"Neff was having one of those weekends going where they looked like they couldn't be beat," Capps continued. "They had [crew chief] John Medlen in the hospital, and we're all glad to hear that he's okay. It was one of those stories that you almost hate to upset."
Capps entered eliminations from the No. 1 qualifying position, the eighth of his career and his first since the 2005 season. Capps stayed consistent with elapsed times ranging from 4.079 to 4.118 while turning back challengers Jeff Arend, teammate Matt Hagan, and Del Worsham en route to the final round. Capps became the first Funny Car driver to open the season with consecutive wins since John Force in 1997 and is only the second driver to do so since Frank Hawley in 1983.
Neff's misfortune in the final round was akin to the clock striking midnight during his Cinderella story. Neff took over the tuning chores as well as driving due to crew chief John Medlen recovering in Indianapolis after a stent was inserted around his heart. Neff had the most consistent car on the premises. He is now 0-4 in final rounds. The last time Medlen was unable to attend an event he was scheduled to work at, next-in-command Dickie Venables tuned Tony Pedregon to victory at Seattle in 2002.
Two of the greatest active drivers in Pro Stock today met in the final round when Coughlin took on Kurt Johnson. Coughlin held a 30-25 advantage over Johnson in previous competition, though the odds were in Johnson's favor in final rounds to the tune of 7-0. Coughlin got a two-hundredths advantage when the pair of Chevy Cobalts took off and held on to win, 6.643 at 208.01 mph to 6.647 at 208.46.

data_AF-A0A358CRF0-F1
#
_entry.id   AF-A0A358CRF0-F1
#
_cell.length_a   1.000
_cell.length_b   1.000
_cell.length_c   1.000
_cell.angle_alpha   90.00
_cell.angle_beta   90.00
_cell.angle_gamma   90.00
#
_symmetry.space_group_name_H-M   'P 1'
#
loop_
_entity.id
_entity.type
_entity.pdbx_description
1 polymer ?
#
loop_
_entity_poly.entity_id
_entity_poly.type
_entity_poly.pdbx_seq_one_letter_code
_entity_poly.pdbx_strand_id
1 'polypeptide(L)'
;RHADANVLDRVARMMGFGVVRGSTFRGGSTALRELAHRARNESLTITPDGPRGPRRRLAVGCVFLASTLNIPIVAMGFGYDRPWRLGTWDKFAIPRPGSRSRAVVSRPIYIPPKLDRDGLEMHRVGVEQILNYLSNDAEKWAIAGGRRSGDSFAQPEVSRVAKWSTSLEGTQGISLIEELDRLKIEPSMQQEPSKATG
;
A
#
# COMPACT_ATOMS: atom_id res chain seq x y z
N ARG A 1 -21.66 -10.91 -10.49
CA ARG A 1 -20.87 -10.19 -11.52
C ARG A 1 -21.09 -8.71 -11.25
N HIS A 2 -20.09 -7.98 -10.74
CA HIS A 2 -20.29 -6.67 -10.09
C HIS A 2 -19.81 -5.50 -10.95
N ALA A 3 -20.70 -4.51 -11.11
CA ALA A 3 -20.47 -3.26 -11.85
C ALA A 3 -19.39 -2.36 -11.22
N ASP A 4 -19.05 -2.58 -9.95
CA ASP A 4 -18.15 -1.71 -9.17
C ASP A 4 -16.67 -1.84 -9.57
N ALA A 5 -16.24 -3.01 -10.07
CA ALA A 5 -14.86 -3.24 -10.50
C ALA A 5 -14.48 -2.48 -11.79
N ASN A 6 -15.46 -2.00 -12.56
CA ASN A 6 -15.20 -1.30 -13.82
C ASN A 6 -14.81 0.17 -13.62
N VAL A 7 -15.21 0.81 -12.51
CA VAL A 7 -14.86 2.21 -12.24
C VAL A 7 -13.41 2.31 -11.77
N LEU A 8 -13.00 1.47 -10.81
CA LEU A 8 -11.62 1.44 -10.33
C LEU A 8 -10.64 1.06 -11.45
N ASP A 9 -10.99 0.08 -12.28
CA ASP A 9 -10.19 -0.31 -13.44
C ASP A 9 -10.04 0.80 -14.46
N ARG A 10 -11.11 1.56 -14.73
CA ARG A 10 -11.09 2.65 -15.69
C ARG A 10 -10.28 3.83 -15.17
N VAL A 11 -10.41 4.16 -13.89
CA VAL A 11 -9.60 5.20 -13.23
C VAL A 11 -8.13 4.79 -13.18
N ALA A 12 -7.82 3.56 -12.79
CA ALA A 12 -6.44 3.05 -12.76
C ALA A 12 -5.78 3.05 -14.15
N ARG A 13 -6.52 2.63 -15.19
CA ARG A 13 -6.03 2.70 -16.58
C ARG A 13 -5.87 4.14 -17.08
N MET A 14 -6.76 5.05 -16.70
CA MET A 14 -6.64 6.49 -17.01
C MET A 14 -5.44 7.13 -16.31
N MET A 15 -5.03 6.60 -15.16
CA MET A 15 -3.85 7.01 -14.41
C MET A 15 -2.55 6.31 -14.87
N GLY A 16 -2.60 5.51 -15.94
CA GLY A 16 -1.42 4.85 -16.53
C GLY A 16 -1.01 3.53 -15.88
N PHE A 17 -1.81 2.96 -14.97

"I didn't realize Kurt had such a good record against us in the final, but I didn't take him lightly because he's always tough in the money round," said Coughlin, who picked up the 42rd Pro Stock win of his career – he's the fourth-winningest driver in class history -0- and his 55th overall. "We didn't have the best car today by any stretch, but we just kept crawling our way through them and keeping our head up. To see that win light come on in the final round with the crowd we had today and the points and the whole bit, it feels fantastic."
"The chips kind of fell the way they did for us to come home with the greatest achievement, and that's a race win here. You always go into race day wanting a win, but we kind of struggled with it. It seems like in my career in Pro Stock that I've very rarely had the feeling of being up front and not wanting to screw up. We just went up each time and raced hard for it."
The second round of Pro Stock featured upsets across the board as Johnson, Coughlin, Ron Krisher, and Greg Stanfield defeated respective favored opponents Allen Johnson, Jason Line, Mike Edwards, and Greg Anderson. Coughlin was steady if not flashy as he moved Victor Cagnazzi's Jegs.com Chevy Cobalt through the eliminations ladder. He opened with a 6.619 to beat Steve Spiess, upset Pomona winner Line in the second round with a 6.653, and ran a 6.651 in the semi's to put Krisher's good showing to an end.
The wave of second-round upsets made Johnson a favorite at a track where he had won on three previous occasions. The ACDelco driver overcame a holeshot from Larry Morgan in the first round with a 6.626, scored a holeshot win against Allen Johnson in round two, and cruised to a win in the semifinals with a 6.647 when opponent Stanfield broke after staging.
Lucas Oil Sportsman winners include past Lucas Oil season champions Dan Fletcher (Comp), Michael Iacono (Super Stock), and Mike Ferderer (Super Gas); two-time national event titlist Brad Burton (Stock); and Lucas Oil-sponsored driver Tom Bayer (Super Comp).